To answer this question we need to understand the perceived problem that the person is trying to solve. If a person’s behavior (solution) is that his or her feelings go away, you should be thinking “SOLUTION.” For some, at that point, unknown reason the person has made the decision to send his or her emotions away. When you first observe the behavior (the suppression of emotion) you will not know the specific problem that the person is trying to solve. The three questions in the SOLUTION Box will help you with that. But for the sake of explanation, let’s just say that the person’s problem is something like, “If I let myself feel what I feel, bad things will happen.” or, “If I allow myself to feel what I felt, I will be overwhelmed.” Therefore, the solution to these problems is easy; suppress emotion and don’t feel. So here we see two of the elements at play; PROBLEM and SOLUTION. What is resting at the bottom of the “iceberg” is the BELIEF.
So, if the problem is that “My emotions will overwhelm me” and the solution is “Stop feeling”, the belief might be something like, “Suppressing my feelings protects me from becoming overwhelmed by them” or, “Blocking out what I feel keeps me safe.” If the problem is, “If I remember what happened to me then it will be true”, and the solution is “Don’t remember,” then the belief might be “Not remembering what happened keeps me from knowing what I don’t want to know.” It is the belief that serves as the reason for the selected “solution” and is what needs to be offered up to the Lord for His truth. When the person receives the Lord’s perspective about this belief, the person will no longer be prone to use the solution. When the person knows the truth and lets go of his solution, his emotions will return and he will remember.
How can I do the training for 2016
Understanding that the information found here is to be used as a supplement along side of the future training, try starting by reading through (Ministry Session Process (Pt. 2) – Expanded Explanation) and the presentation that discusses the TPM process and explains how to use “the map” (THE TPM PROCESS: THE MAP).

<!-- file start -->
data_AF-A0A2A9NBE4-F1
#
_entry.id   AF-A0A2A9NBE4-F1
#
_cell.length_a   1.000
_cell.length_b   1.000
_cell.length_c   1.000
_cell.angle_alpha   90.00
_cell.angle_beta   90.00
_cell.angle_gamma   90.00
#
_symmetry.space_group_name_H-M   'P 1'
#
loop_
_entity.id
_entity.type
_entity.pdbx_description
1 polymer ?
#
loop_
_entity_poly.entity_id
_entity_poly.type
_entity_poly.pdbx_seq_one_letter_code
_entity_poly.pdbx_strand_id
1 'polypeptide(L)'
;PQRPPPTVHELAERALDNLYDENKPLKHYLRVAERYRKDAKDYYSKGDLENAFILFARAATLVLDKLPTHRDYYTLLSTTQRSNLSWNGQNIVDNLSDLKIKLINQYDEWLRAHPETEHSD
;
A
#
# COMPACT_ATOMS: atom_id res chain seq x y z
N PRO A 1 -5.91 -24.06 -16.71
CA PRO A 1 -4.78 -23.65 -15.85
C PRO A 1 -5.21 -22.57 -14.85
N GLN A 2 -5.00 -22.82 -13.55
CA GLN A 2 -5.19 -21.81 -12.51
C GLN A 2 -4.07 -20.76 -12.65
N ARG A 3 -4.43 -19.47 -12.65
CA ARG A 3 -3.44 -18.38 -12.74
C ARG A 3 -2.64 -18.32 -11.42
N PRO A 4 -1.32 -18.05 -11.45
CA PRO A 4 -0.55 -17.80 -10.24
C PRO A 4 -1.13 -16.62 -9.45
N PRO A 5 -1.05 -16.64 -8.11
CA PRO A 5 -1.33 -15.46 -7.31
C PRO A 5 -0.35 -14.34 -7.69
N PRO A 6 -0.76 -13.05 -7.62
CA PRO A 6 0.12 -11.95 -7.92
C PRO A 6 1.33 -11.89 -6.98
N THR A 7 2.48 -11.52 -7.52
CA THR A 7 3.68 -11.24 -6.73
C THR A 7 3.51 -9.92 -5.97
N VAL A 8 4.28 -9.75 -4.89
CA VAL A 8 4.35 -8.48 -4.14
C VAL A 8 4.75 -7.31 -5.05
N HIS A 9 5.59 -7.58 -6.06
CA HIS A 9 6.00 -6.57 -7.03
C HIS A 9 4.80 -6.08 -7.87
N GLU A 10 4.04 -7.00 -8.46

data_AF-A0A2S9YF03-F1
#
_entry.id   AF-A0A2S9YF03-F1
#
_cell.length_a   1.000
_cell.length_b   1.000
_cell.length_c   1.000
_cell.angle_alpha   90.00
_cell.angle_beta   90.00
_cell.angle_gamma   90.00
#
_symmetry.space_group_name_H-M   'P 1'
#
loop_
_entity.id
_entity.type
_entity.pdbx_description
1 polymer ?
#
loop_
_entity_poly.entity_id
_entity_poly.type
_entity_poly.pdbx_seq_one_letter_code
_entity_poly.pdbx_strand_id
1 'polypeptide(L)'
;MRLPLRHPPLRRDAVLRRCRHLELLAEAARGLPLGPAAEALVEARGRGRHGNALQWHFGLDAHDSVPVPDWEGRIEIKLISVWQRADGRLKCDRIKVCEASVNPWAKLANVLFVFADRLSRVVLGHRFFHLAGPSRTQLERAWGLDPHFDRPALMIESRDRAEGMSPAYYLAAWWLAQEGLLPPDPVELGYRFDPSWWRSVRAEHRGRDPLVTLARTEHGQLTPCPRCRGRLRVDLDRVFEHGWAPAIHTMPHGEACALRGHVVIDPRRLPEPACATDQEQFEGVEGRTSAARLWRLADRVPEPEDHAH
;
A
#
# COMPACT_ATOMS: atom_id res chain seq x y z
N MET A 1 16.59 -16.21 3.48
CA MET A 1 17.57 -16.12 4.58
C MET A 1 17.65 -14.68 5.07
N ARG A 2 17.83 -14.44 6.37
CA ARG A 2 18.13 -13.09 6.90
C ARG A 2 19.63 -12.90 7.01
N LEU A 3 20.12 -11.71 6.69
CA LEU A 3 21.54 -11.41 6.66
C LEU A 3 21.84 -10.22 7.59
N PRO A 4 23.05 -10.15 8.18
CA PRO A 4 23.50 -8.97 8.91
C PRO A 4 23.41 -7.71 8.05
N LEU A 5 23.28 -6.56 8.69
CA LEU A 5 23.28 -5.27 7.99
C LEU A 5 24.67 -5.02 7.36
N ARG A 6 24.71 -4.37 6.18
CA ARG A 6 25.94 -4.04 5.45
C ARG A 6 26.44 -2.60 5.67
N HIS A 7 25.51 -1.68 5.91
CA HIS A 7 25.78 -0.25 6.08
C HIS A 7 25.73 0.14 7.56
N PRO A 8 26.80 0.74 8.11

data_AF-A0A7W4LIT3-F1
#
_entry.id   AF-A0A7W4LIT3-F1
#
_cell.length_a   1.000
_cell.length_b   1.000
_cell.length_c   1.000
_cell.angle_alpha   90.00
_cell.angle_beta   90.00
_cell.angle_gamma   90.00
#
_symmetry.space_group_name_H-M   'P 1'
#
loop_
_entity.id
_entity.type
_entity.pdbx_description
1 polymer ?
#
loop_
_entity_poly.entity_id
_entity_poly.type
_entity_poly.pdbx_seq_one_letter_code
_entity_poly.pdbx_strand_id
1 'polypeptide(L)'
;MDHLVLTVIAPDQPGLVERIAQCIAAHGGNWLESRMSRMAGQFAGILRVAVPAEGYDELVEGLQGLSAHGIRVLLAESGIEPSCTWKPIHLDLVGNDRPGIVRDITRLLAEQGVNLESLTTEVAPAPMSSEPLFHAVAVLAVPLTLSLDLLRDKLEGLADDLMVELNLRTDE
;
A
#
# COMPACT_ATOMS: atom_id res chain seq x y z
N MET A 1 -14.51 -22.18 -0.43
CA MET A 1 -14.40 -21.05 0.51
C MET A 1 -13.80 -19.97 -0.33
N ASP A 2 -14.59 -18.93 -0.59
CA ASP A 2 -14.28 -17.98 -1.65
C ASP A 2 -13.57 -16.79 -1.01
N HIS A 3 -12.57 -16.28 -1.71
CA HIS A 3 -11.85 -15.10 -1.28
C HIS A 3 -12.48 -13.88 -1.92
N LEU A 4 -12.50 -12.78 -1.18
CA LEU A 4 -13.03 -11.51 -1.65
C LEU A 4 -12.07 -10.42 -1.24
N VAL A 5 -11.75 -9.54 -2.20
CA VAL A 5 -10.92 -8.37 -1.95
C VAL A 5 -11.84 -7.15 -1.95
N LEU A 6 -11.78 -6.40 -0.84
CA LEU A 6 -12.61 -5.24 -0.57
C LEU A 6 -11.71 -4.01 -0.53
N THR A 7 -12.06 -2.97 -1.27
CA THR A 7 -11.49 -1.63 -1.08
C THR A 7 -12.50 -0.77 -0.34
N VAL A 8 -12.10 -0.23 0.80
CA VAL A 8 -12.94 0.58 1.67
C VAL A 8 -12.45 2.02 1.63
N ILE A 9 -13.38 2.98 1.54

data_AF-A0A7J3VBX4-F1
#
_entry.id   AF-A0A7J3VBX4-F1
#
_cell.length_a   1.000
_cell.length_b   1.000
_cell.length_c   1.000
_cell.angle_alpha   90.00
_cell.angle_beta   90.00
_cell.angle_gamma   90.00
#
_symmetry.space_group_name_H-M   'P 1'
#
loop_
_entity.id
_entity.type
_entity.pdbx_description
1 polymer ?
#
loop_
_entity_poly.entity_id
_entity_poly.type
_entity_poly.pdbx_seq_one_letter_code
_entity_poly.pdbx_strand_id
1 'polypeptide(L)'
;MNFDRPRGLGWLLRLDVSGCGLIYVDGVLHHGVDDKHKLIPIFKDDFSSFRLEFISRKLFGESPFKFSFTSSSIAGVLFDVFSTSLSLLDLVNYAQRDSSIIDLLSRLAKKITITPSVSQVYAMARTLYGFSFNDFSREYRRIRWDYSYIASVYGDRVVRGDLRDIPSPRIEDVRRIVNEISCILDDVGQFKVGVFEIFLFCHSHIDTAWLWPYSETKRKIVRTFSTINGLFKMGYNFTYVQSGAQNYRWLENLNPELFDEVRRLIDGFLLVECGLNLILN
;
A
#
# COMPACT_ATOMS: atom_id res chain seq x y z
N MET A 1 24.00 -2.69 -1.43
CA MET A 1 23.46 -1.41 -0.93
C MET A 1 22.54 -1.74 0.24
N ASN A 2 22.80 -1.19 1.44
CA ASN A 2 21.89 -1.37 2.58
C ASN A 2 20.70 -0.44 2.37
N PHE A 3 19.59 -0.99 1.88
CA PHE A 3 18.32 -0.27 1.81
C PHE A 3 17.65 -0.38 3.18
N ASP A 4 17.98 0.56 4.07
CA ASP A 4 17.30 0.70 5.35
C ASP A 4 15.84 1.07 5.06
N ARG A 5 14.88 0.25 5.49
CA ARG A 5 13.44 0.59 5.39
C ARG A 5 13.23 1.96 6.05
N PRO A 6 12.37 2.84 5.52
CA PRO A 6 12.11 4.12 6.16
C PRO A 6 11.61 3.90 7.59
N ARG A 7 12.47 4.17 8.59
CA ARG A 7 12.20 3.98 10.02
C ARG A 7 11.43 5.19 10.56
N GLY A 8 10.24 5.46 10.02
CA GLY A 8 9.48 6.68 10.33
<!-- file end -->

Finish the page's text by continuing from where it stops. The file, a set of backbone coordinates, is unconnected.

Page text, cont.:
I hope that helps.
If you can gain a solid grasp on the concepts discussed in this “Supplemental Training” section, you will have a major advantage moving forward!
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What would be correct protocol if someone I was praying with, a believer, suddenly said they “needed to repent” as what they did as a child was a sin? Would we stop the session and allow them to repent in whatever form that took? Would it indicate a need for further orientation? Would it be dealt with as a solution?
Many thanks in anticipation.
The need to repent is probably a learned response that they were taught throughout their life concerning dealing with sin, but it is also an attempt to resolve the bad feelings they feel when they think about their childhood sin. The question that needs answered is why are they still feeling bad for something that is in their past?
If the person is a believer then the sin she is referring to has already been dealt with the moment of her salvation so repenting of a past sin would have no effect anyway. Nonetheless, she is seeking to solve a problem — she feels bad when she thinks about it and hopes that repenting will resolve it. Typically you would use the “De-Solution tool when a solution is engaged (i.e. emotions suppress, no memory comes to mind, anger), but since she is not engaged in repenting, then there is no need to use it. What is happening is an expression of emotional pain about a past sin.
So then, we are in the EMOTION Box and need to ask the questions designed for this moment. “How does it make you feel when you think about that sin?” After her response we would then ask, “As you are focusing on what you are feeling what comes to your mind?”
It is possible that a solution might engage here, and if so, we will use the De-Solution Tool. More likely the memory of the sin will surface or some other related memory. If so, we are in the MEMORY Box and we follow protocol.